• Remove the cuvette, empty it into the waste beaker, and rinse it three times with deionized water. The same cuvette will be used for all measurements to minimize errors associated with cuvette imperfections.
    • Prepare the mid-concentration solution, sample 3. Add 5 mL of 0.2 M FeCl3 to beaker 3.
    • Dispense 2 mL of NaSCN and 3 mL of HNO3 into the beaker from the burettes.
    • Mix solution 3 with the glass stirring rod, then use pipette 3 to fill the clean, dry cuvette about 75% full of solution 3.
    • Clean the transparent sides and place it in the spectrophotometer.
    • Measure the absorbance of the solution for about 5 s and identify the wavelength with the maximum absorbance. Record this wavelength in your lab notebook as the λmax for the [Fe(NCS)]2+ complex.
    • Set the spectrophotometer to average readings over 10 s and adjust the wavelength to the λmax. Save a full absorbance measurement of solution 3. Record the absorbance at λmax in your lab notebook.
    • Follow the same process for solutions 2, 4, and 5. Make the solutions one at a time or keep the prepared solutions under aluminum foil until you are ready to use them.
    • Add the appropriate solution to the cuvette and measure the absorbance values.
    • Once you have recorded all of the absorbance values at λmax, sketch a plot of [SCN]- volume versus absorbance value, which should be linear. If you see any outliers, remake the solution and try again.
  3. Measurements of Solutions with Unknown [Fe(NCS)]2+ Concentrations

    In the last part of the lab, you'll prepare four [Fe(NCS)]2+ solutions with a 0.02 M FeCl3 solution so that iron is in 40 to 100-fold excess. At these concentrations, the [SCN]- that leaves an iron center will not necessarily find another iron center immediately. Thus, the [Fe(NCS)]2+ will be in equilibrium with Fe3+ and [SCN]-, and its concentration will not be equal to the starting [SCN]- concentration.

    • Empty the 50-mL beakers into the waste beaker, remove the labels, and rinse them with deionized water.
    • Dry the beakers and relabel them as 6 – 10. Also label five disposable pipettes as 6 – 10.
    • Empty the volumetric flask of 0.2 M FeCl3 solution into the waste beaker and rinse it with deionized water. Relabel the rinsed flask as 0.02 M FeCl3.
    • Use a 1-mL volumetric pipette to transfer 1 mL of 1 M FeCl3 to the volumetric flask. Add about 40 mL of deionized water to the flask.
    • Seal the flask with plastic film and invert it several times to mix the solution. Open the flask and fill it to the line with deionized water. Reseal the flask and mix the solution well.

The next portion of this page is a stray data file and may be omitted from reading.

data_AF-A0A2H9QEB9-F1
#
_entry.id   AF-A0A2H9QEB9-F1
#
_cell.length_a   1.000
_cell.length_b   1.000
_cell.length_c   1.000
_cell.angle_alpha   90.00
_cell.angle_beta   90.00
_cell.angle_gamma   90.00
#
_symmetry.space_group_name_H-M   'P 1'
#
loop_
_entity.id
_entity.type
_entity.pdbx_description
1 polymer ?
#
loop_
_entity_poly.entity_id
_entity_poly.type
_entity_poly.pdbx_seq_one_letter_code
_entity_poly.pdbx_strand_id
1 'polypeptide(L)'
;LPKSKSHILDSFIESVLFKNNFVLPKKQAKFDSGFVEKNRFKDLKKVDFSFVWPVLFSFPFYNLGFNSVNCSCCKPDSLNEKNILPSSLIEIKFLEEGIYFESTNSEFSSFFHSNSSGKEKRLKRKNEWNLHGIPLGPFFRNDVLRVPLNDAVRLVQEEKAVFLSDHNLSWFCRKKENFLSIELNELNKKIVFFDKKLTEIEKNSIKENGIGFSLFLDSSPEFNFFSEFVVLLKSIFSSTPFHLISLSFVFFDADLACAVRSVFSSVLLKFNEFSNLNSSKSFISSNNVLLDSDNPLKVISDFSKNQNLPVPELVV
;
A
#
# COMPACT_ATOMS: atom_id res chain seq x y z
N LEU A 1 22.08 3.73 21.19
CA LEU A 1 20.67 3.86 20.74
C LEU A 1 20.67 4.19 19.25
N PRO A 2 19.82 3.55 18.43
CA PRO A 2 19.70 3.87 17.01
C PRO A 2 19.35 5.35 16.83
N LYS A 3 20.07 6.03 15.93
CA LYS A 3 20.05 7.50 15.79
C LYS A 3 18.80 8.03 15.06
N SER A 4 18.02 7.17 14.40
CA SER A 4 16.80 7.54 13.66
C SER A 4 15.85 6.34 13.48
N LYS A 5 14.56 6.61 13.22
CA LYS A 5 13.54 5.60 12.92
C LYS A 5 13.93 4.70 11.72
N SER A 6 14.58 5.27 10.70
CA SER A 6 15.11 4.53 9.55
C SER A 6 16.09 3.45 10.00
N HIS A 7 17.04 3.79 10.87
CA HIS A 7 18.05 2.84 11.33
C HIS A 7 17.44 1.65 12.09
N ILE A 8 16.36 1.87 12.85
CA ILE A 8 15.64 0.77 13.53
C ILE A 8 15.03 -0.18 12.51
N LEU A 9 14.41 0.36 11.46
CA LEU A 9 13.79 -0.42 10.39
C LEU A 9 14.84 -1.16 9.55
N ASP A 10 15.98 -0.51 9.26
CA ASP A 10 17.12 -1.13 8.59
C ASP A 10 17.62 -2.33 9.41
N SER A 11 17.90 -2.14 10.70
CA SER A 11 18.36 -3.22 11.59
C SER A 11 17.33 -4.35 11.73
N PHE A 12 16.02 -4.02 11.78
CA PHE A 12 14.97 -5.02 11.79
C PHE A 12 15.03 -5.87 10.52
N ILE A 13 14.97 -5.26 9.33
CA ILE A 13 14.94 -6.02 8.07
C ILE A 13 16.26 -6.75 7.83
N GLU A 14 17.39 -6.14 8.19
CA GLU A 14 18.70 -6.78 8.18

• Prepare solution 6, the new solvent blank. Add 5 mL of 0.02 M FeCl3 and 5 mL of HNO3, and then mix with the stirring rod.
    • Pipette the solution into the cuvette and acquire the background measurement as before.
    • Follow to prepare solutions 7 through 10, acquire their spectra, and record their absorbance values at λmax as you did before. Remember to thoroughly rinse the stirring rod and cuvette with deionized water between each solution.

      Table 2. Solutions with unknown [Fe(NCS)]2+ concentrations

      [FeCl3] initial (M) 0.01

      Solution # 0.2 M Fe3+ (mL) 0.5 mM [SCN]- (mL) 0.5 M HNO3 (mL) Absorbance at λmax [[Fe(NCS)]2+]eq [Fe3+]eq [[SCN]-]eq Keq (M-1)   
      6 5 0 5 Solvent blank            
      7 5 1 4
      8 5 2 3
      9 5 3 2
      10 5 4 1
      Click Here to download Table 2
    • When you are finished, empty the cuvette, volumetric flask, and beakers into the waste beaker and rinse them with deionized water.
    • Collect any excess HNO3 and NaSCN in their respective beakers. Neutralize the waste and the excess reagent solutions with baking soda and dispose of the waste and the excess FeCl3 solution in the appropriate waste container.
    • Flush the neutralized HNO3 and NaSCN solutions down the drain with tap water.
    • Wash your glassware and equipment by your lab-standard procedures.
    • Collect paper towels and other trash from your fume hood and put them in the lab trash.
  4. Results
    • Calculate the concentrations of [Fe(NCS)]2+ in the standard solutions. In these solutions, the iron concentration is so high that we can assume that the starting [SCN]- concentration is the same as the [Fe(NCS)]2+ concentration.
    • For each trial, multiply the [SCN]- stock concentration by the volume of NaSCN added, and divide that by the total solution volume of 10 mL. Repeat for all standard solutions.
    • Create a calibration curve by plotting the absorbance at λmax for the standard solutions with respect to their [Fe(NCS)]2+ concentrations. Find the linear function that fits the data and set the y-intercept = 0, if necessary. Note: Beer's law is expressed by a linear function, which relates absorbance to concentration. Thus, the slope of your calibration curve is equal to the molar attenuation coefficient times the cuvette width, or pathlength, which was 1 cm in this lab.
    • Rearrange the linear equation to solve for concentration. Remember that your molar attenuation coefficient and pathlength will be the same for every trial. Fill in the absorbance for each unknown trial and solve for the equilibrium concentration of [Fe(NCS)]2+ for that solution.
    • Estimate the equilibrium constant for [Fe(NCS)]2+ in solution. For simplicity, we'll express the constant in units of 1/M.
    • Calculate the starting concentrations of Fe3+ and [SCN]- for each trial. Determine their equilibrium concentrations in each trial by subtracting the equilibrium concentration of the [Fe(NCS)]2+ from the starting reagent concentrations for that trial.
    • Fill in the equilibrium concentrations of the product and reactants. Then, solve the equilibrium equation to estimate the constant for this trial. Lastly, compare the constants for the trials.